Every financial strategy can use an overhaul at least annually – and there is no better time to plan for the future than the start of the New Year.

Achieve a “Ten” on Your Savings Goals

How much out of each paycheck are you saving for fun and security? Common wisdom is that everyone should be setting aside at least ten percent of his or her monthly income – a figure that is above and beyond pre-tax retirement savings. To know how much to put aside, simply multiply .1 by your monthly take-home pay. Therefore, if your net income per month is $1,500, an appropriate savings goal is $150; if it’s $2,650, save $265.

What can hitting the ten percent mark do for you? First, it provides an important financial safety net. You can use the money for unexpected expenses that you may normally charge. Second, it can satisfy a desire to splurge. You may use a portion of it for something enjoyable, like a vacation or a luxury item. Third is the psychological benefit: while saving money, you know that you are doing what it takes to safeguard your future.

Enroll in your financial institution’s direct deposit program to have ten percent of your income automatically transferred from your checking account and into a savings or money market account.

Delete Consumer Debt

If you are carrying high-interest credit card and personal loan debt, make 2008 the year to get rid of it (or at least make a significant dent in the balance). In most cases, it’s just too expensive to keep. For example, a $5,000 balance with a 21 percent interest rate costs $87 in finance fees for the month. Since a typical minimum payment for a balance this size is $125, only $38 of it goes toward the principal! At that rate it would take decades to repay. Start a more efficient debt deletion plan today:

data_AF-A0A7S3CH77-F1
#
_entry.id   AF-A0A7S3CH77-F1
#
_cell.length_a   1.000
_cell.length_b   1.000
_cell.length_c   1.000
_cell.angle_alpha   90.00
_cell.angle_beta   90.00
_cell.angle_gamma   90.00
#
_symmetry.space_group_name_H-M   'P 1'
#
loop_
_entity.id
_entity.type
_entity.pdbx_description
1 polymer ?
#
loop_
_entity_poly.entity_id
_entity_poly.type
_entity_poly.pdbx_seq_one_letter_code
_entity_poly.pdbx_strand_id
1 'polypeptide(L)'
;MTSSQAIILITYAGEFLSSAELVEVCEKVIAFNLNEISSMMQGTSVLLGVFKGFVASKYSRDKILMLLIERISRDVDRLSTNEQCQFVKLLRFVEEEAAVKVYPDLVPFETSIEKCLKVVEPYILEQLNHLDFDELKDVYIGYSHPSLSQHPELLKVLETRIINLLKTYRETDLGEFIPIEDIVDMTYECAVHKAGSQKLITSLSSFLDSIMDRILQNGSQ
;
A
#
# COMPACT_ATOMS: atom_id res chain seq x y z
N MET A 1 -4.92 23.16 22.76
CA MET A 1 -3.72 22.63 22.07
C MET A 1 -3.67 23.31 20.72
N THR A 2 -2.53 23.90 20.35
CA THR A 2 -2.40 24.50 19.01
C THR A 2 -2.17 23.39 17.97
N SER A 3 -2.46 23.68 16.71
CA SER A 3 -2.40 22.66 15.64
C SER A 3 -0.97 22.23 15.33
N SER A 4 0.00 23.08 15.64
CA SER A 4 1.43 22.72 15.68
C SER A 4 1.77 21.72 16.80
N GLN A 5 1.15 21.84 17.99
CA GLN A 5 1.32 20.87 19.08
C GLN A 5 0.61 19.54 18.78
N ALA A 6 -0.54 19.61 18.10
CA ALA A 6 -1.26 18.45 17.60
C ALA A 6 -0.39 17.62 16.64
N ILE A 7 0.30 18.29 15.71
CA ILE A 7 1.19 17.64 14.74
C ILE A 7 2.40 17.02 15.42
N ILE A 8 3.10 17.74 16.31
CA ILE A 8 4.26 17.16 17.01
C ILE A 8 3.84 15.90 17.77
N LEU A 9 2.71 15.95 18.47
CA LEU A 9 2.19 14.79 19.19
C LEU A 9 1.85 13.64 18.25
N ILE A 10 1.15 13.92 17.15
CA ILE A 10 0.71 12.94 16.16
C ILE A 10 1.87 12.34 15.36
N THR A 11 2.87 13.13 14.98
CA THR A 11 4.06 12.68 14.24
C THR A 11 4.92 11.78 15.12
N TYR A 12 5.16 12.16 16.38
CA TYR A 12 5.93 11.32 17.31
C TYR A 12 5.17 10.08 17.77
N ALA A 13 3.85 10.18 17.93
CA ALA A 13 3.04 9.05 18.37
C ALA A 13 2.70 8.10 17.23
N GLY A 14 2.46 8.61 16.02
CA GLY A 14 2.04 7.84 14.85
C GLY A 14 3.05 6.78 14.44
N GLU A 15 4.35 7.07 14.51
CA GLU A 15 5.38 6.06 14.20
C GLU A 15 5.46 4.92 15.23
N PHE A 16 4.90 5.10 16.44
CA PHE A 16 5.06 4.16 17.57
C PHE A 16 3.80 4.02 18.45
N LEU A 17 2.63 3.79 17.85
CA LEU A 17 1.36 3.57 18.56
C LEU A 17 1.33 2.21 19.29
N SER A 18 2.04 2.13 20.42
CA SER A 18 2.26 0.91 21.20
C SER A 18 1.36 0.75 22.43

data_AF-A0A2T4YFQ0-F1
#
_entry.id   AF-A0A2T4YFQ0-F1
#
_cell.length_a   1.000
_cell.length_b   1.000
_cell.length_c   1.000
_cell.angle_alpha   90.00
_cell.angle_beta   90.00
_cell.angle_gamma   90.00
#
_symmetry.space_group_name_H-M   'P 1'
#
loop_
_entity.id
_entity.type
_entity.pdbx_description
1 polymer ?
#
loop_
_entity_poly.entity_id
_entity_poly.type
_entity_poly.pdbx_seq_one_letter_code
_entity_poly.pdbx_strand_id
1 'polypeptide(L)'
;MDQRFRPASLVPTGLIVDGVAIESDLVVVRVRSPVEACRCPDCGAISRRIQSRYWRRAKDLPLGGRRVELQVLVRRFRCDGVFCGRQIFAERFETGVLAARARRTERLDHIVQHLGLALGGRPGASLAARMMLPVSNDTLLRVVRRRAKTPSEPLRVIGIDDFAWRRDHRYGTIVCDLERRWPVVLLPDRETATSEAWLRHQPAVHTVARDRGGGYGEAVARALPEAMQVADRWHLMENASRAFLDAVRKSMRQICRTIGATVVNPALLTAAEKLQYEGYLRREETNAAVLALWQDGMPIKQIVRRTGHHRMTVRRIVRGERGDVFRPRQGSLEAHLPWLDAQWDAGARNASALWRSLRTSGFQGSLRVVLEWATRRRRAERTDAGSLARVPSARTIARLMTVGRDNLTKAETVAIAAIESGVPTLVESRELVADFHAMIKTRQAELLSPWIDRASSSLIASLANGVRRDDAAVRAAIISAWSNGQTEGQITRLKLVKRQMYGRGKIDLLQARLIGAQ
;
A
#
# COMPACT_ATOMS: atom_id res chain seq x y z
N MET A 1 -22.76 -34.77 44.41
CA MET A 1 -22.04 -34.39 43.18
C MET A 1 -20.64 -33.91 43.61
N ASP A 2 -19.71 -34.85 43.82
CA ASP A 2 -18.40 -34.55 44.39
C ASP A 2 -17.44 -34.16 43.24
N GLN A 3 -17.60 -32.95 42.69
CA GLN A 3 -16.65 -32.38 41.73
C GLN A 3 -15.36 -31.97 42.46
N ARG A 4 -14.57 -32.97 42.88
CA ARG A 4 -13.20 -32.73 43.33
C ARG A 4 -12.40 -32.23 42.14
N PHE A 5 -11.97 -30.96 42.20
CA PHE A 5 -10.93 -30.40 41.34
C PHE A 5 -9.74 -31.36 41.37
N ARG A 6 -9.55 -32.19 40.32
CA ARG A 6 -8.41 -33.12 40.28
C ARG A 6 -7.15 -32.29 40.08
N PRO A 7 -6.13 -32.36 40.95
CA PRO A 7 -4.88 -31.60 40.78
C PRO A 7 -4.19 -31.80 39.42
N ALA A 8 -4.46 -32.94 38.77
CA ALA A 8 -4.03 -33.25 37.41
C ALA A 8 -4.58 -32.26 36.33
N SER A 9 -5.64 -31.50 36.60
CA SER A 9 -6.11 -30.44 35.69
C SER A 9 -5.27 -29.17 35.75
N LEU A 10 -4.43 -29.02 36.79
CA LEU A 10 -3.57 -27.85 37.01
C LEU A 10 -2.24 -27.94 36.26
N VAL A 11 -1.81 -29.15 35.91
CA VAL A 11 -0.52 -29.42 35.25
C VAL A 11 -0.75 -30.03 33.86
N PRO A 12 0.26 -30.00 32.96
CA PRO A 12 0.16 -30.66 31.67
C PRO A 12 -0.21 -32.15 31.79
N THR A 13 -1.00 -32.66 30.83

• Rather than pay the minimum, determine a realistic and fixed amount you can pay each month. Never go below that figure.

  • Call your credit issuer and request a reduced interest rate. If they won’t budge, consider transferring the balance to a lower interest card.

  • Suspend credit use. It doesn’t make sense to add to your balances while repaying them. If you want to use plastic during this time, use your debit card.

How effective is this plan? Assuming you have that $5,000 balance, by cutting the 21 percent interest rate in half and making a regular flat payment of $445, you’d be debt-free in just twelve months.

Give Your Credit Score a Boost

If this is the year you will be in the market for a mortgage or vehicle loan (or any loan or line of credit), take steps to increase your credit score! In general, the greater your credit score and financial circumstances, the less risk the lender takes when loaning you money. The most common credit score is the FICO, which ranges from a low of 300 to a high of 850. A good score starts at around 650, but the higher it is, the better financial product you will likely be eligible for.

Hike up your score by:

  • Obtaining copies of your credit report from all three major credit reporting agencies to check for and correct errors.

  • Paying all loans and credit lines on time, every time.

  • Making sure any credit card debt you have is well below the credit limit.

  • Keeping older accounts active.

  • Repaying any collection accounts, judgments, and liens you may have.